Always…

 grass blade against a lake at sunset 
There is a topic I have avoided talking about on this blog.

It is constantly on my mind, though: 

At the zoo with my daughter. Camping. Staring at the moon through a telescope. In the midst of mind blowing sex. 

It is always there.

Is this the moment when my world starts to unravel?

It is worse, much worse when I am away from the office, as if being away creates some sort of anxiety vortex. The only time I can be away during office hours and NOT have anxiety is when I am out of the country, overseas. 

I worry how it will affect my family. My staff. My friends. My colleagues. My reputation. Me.

Because even though I have been threatened repeatedly, nothing has happened officially in over eleven years of practice. Still, it is not a question of if. 

It is a question of when.

The stages of grief include anger. That puts physicians and other healthcare providers within the cross hairs. I accept and understand that often, no matter whether things were done perfectly or not, I will be the target of that anger. And yet I cannot let go of the anxiety. I carry it with me, waiting for someone to take that anger to the next level.

I will sue the clothes off your back.

I don’t write about getting sued because if I acknowledge it, it feels that I am inviting it. Call it superstition. Paranoia.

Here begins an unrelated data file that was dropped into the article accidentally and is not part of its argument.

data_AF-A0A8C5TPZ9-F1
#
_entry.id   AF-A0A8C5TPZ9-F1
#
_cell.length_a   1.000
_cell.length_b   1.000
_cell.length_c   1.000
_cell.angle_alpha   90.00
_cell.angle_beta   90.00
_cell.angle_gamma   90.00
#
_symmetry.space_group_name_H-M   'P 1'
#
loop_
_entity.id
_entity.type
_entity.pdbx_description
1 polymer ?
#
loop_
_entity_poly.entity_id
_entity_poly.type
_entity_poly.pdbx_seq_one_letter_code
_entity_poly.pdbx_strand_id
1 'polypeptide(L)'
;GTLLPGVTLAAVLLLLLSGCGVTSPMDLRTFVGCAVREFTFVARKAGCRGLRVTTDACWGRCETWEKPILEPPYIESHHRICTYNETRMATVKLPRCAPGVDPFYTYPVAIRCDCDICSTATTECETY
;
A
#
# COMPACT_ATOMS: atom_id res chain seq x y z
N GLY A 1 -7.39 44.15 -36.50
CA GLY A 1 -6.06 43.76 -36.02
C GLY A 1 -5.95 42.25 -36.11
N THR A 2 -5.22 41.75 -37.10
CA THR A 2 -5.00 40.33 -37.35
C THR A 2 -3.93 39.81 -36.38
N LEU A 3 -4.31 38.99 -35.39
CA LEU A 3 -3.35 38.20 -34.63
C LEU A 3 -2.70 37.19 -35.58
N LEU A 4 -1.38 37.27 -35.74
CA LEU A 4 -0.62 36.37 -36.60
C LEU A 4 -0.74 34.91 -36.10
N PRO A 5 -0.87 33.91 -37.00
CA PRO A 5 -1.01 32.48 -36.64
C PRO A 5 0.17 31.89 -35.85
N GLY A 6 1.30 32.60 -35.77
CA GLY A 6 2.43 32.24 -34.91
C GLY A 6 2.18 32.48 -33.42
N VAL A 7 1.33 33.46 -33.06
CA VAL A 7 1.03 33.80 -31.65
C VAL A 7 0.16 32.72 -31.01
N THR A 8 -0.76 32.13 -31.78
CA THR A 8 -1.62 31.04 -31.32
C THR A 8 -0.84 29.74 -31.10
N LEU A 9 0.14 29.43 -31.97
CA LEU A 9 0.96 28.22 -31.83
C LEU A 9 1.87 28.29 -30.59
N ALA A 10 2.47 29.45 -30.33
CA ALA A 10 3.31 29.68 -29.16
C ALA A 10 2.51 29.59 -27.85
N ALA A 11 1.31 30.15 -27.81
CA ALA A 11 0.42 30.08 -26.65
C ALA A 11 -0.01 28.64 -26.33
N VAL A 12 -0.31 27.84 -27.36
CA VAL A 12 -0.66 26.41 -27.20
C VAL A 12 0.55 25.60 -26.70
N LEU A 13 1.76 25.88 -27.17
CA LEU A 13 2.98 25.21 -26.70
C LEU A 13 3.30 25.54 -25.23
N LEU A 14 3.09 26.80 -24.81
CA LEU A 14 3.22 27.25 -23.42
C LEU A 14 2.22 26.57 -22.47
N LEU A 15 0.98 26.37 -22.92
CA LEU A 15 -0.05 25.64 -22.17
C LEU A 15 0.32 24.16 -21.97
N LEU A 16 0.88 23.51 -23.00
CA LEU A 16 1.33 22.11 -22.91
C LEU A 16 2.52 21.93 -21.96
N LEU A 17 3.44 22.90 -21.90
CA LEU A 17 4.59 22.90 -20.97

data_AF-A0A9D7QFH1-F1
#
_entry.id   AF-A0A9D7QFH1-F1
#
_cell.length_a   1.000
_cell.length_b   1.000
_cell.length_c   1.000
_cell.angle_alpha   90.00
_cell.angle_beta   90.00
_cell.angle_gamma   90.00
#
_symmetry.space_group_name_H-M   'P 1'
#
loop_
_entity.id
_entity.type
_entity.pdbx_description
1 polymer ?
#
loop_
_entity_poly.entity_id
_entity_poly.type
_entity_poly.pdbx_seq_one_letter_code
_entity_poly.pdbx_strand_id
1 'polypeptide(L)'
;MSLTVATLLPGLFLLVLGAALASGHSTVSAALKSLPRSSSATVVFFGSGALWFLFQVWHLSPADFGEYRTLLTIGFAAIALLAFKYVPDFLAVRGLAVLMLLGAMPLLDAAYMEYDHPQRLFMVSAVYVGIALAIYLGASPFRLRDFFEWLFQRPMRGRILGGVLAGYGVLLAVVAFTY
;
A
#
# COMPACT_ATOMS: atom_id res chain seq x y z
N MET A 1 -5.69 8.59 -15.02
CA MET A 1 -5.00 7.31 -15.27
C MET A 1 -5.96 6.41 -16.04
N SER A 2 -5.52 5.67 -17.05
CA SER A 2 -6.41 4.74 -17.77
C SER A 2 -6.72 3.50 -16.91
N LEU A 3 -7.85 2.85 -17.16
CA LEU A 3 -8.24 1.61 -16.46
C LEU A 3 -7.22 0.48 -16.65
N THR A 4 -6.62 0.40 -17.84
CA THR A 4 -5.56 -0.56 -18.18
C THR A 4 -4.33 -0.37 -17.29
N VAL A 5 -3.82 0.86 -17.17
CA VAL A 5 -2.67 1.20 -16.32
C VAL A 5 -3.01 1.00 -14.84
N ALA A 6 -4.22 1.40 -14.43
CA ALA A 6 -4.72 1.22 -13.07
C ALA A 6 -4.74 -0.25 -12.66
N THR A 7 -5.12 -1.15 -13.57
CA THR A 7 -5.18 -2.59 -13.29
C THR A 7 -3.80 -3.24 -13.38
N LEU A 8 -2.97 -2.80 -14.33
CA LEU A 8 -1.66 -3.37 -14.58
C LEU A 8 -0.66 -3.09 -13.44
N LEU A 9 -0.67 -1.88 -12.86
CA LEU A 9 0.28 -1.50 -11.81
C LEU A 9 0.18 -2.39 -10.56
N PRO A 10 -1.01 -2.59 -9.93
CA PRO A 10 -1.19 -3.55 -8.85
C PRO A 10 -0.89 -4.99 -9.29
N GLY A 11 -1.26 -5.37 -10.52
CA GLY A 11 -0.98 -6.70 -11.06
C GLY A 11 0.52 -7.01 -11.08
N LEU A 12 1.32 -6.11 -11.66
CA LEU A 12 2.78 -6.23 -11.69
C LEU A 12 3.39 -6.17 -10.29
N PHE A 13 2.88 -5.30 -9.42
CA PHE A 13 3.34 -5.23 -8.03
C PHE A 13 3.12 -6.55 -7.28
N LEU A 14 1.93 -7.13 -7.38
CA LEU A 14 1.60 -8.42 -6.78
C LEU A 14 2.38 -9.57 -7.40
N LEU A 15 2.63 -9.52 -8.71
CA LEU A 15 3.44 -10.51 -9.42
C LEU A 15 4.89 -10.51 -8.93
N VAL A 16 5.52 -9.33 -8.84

*knocks on wood*

Someday it will happen, though. When it does, I fear that I will walk away from medicine. I am tough but I am not sure I am tough enough to weather that onslaught without crumbling under the enormity of it. 

So every day I wait and I worry.

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123 thoughts on “Always…

  1. Oh boy. I’ve obviously never been in your shoes, but I do know what it feels like to be threatened, and to have the threat of that threat hanging over you no matter what you’re doing. When is he going to come back and make good on that threat?

    I at least had the advantage of feeling like I could grab the one child I had at the time and disappear, disengaging physically and emotionally from the situation. But if something similar happened to me today I don’t know what I would do – the stability of roots and emotional connection (whether because of logistics or because where you are is your calling) is a strength when things are going well but it also strangles you when your world gets turned upside down.

    Liked by 1 person

  2. I hope that doesn’t happen to you. Because it does suck. but if it is any comfort, I think that it is far easier to sue folks who lack compassion and empathy. And I don’t see that in you at all. But it is much harder to sue someone with a face, whose hand you shook. It’s harder to look someone in the eye and say “I’ll sue.” That’ (in part) is why they go for the faceless drug companies.

    Liked by 4 people

  3. I can relate completely to the fear and anxiety building, crushing you most when you’re happy, wondering how long happiness can stay. I cannot relate to such a threat, although I did work at a civil law firm and am aware that malpractice suits are common enough. I can assure you, just on the basis of reading intake sheets, proving medical malpractice is very, very hard, and we turned away most cases. Feelings do not take the stand in malpractice lawsuits.